2Water PollutionIs defined as the contamination of streams, rivers, lakes, oceans, or groundwater with substances produced by human activity that negatively affect organisms.Has potential to impact both aquatic & terrestrial organismsPollution can either come from point sources or nonpoint sources
3Point Sources vs. Nonpoint Sources Point sources are:Distinct locations like factories or sewage treatment plants that discharge pollution into a body of water.Easier to pinpoint source of pollutionNonpoint sources are:Diffuse areas like an entire farming region, suburban community, or storm run-off from parking lots.Harder to control pollution from these sources
5Human Wastewater This is produced by human activities including: Sewage, gray water, bathing, washing clothes & dishes.Biggest challenge?To keep wastewater from contaminating drinking water.Can be difficult because many use same water source for drinking, bathing, washing, and disposing of sewage.
6Human Wastewater Three major reasons wastewater is a concern: Wastewater naturally undergoes decomposition by bacteria, which creates a demand for dissolved oxygen (Oxygen Demand).Nutrients in released in wastewater decomposition can make water sources eutrophic (Nutrient Release).Wastewater can carry a wide variety of disease-causing organisms.
7Oxygen Demand Oxygen-demanding waste: Dissolved oxygen in water is used by many animals in respiration.Organic matter that enters a body of water & feeds the growth of decomposers (microbes).Microbes require oxygen to decompose wasteMore waste More oxygen needed
8Oxygen Demand Measured in terms of biochemical oxygen demand (BOD) The amount of oxygen a quantity of water uses over a period of time at a specific temperature.Lower BOD = body of water is less polluted by wastewater, whereas, higher BOD = body of water is more polluted by wastewater.Normal = 5 to 20 mg of oxygen due to decomposition of leaves, twigs etc.High = 200 mg of oxygen due to decomposition of domestic wastewater.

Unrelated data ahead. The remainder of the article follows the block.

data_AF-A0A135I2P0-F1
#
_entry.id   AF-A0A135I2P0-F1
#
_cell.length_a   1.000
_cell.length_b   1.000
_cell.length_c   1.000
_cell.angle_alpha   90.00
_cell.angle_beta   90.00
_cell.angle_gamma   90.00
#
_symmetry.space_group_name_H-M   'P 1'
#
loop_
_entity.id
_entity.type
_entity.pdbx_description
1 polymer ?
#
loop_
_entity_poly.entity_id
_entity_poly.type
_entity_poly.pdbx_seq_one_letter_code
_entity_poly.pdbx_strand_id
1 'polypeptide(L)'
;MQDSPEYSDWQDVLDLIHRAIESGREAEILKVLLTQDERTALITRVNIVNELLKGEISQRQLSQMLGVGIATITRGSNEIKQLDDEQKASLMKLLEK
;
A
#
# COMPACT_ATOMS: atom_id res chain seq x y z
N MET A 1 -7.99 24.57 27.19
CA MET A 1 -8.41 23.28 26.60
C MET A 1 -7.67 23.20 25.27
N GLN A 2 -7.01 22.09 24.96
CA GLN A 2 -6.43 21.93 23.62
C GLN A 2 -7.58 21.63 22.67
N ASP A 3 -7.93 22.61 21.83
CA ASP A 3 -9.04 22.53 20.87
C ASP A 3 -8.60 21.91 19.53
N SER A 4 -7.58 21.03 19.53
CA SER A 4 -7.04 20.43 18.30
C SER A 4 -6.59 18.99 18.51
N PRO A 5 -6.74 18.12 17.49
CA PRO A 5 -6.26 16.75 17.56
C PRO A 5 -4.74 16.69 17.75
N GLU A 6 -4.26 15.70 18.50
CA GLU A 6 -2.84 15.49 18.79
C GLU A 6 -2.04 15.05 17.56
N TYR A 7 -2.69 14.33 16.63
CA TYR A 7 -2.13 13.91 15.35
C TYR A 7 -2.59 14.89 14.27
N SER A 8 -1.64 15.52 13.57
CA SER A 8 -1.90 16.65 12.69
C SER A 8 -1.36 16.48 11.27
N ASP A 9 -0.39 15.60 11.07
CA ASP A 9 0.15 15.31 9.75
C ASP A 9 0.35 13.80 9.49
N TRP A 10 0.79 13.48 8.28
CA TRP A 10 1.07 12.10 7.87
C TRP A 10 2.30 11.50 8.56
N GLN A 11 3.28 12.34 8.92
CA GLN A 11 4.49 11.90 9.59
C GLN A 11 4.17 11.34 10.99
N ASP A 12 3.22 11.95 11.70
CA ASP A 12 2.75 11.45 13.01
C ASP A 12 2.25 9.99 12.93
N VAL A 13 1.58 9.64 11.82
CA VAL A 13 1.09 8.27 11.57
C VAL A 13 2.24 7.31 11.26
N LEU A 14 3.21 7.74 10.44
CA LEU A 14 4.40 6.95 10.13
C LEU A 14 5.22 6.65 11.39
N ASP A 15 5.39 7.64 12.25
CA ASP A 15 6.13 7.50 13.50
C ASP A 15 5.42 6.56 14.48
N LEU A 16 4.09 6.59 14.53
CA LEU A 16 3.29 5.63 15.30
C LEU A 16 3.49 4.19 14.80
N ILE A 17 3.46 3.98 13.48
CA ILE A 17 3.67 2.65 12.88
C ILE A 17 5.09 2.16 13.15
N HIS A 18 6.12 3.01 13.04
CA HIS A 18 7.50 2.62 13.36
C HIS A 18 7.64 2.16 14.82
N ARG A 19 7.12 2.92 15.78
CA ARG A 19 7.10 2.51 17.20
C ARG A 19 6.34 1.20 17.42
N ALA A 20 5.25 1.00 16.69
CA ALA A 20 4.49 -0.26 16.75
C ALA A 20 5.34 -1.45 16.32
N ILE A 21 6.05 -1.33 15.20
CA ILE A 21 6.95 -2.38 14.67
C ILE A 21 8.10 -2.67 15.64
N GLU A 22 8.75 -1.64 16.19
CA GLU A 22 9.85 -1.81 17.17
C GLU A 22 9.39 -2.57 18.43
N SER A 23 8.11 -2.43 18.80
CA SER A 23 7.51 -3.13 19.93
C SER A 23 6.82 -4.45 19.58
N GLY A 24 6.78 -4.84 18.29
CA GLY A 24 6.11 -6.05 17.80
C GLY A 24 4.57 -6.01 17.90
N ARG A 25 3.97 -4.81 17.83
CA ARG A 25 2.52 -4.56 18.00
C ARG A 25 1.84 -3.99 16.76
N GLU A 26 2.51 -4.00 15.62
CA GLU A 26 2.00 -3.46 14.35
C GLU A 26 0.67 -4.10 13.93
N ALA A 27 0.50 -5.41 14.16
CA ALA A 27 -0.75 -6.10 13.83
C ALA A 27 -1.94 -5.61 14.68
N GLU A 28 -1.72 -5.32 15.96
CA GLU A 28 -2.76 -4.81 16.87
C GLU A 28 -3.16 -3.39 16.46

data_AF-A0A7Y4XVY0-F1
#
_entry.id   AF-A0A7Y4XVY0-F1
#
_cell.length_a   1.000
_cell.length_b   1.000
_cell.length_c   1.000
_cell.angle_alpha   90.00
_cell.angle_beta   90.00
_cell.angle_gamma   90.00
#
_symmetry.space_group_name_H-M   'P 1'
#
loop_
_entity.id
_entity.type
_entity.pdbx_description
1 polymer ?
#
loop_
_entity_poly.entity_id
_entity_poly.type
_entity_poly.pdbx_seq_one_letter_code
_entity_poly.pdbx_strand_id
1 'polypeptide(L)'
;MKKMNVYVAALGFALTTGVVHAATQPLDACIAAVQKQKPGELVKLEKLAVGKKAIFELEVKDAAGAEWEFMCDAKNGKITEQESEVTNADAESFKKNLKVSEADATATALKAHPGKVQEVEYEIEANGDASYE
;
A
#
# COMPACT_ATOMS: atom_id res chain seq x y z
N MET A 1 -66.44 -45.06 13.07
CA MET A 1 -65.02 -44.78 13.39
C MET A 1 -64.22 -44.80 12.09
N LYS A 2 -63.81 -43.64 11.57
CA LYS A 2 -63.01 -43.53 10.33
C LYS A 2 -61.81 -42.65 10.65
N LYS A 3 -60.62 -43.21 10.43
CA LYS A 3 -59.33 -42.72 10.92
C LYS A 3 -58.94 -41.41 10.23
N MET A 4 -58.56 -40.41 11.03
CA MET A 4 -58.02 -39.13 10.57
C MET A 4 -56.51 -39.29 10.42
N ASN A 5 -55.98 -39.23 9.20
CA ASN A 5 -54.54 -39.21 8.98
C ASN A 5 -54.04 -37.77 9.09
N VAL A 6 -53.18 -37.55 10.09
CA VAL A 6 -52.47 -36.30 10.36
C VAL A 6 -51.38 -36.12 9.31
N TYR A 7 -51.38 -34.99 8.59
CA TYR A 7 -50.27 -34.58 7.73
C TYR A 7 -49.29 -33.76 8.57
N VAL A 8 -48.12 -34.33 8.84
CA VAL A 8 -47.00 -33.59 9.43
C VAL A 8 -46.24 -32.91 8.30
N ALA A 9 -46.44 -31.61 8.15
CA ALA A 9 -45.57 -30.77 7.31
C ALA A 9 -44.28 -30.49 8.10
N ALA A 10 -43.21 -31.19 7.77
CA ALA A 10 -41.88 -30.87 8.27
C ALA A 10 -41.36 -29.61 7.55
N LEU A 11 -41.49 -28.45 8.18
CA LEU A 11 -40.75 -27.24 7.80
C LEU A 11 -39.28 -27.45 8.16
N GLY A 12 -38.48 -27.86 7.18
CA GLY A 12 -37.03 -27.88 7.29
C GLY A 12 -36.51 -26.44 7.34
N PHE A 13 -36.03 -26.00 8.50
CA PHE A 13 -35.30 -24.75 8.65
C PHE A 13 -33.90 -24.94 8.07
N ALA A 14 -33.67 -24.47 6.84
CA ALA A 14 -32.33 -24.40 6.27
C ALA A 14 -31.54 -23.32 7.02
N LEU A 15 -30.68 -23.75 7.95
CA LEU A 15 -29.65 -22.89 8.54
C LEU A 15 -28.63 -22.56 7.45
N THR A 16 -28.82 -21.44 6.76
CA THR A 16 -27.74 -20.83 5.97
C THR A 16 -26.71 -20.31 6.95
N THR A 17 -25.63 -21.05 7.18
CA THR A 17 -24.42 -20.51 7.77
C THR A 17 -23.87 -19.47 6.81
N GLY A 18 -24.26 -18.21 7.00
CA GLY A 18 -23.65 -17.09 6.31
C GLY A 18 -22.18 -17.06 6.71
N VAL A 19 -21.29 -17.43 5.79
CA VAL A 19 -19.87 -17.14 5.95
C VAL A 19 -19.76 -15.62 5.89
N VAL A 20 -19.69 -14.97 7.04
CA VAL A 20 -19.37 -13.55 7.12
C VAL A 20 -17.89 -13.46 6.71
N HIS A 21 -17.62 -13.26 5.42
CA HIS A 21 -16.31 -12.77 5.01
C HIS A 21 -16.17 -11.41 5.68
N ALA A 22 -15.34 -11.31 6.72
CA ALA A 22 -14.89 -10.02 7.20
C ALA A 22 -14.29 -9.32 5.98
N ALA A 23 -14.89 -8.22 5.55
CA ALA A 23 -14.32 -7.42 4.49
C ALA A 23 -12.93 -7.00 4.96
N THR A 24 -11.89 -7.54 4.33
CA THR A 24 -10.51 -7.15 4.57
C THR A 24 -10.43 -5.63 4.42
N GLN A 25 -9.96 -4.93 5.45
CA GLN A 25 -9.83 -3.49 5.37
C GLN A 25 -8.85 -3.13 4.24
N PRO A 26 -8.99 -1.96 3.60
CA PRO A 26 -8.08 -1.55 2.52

9Oxygen Demand Dead Zones: High BOD due to decomposition Dissolved oxygen is too low for other organisms to survive (lethal).Some areas there is so little oxygen that life is absent.These areas are called “dead zones”Can be self-perpetuating due to dying organisms decomposing causing continued BODMississippi delta in Gulf of MexicoUN estimates 200 dead zones globally
10Missouri River Mississippi River Basin Ohio River MS LA Gulf of MexicoOhio RiverMissouri RiverDepleted oxygenLOUISIANAMississippiRiver BasinMSFigure 21.ANatural capital degradation: a large zone of oxygen-depleted water (less than 2 ppm dissolved oxygen) forms for half of the year in the Gulf of Mexico as a result of oxygen-depleting algal blooms. Evidence indicates that it is created mostly by huge inputs of nitrate (NO3−) and phosphate (PO43−) ions from farms, cities, and factories in the vast Mississippi River basin. The satellite image (bottom left) shows the inputs of such nutrients into the Gulf of Mexico during the summer of In the image, reds and greens represent high concentrations of phytoplankton and river sediment. This problem is worsened by loss of wetlands, which help filter plant nutrients. (NASA)LATXFig. 21-A, p. 507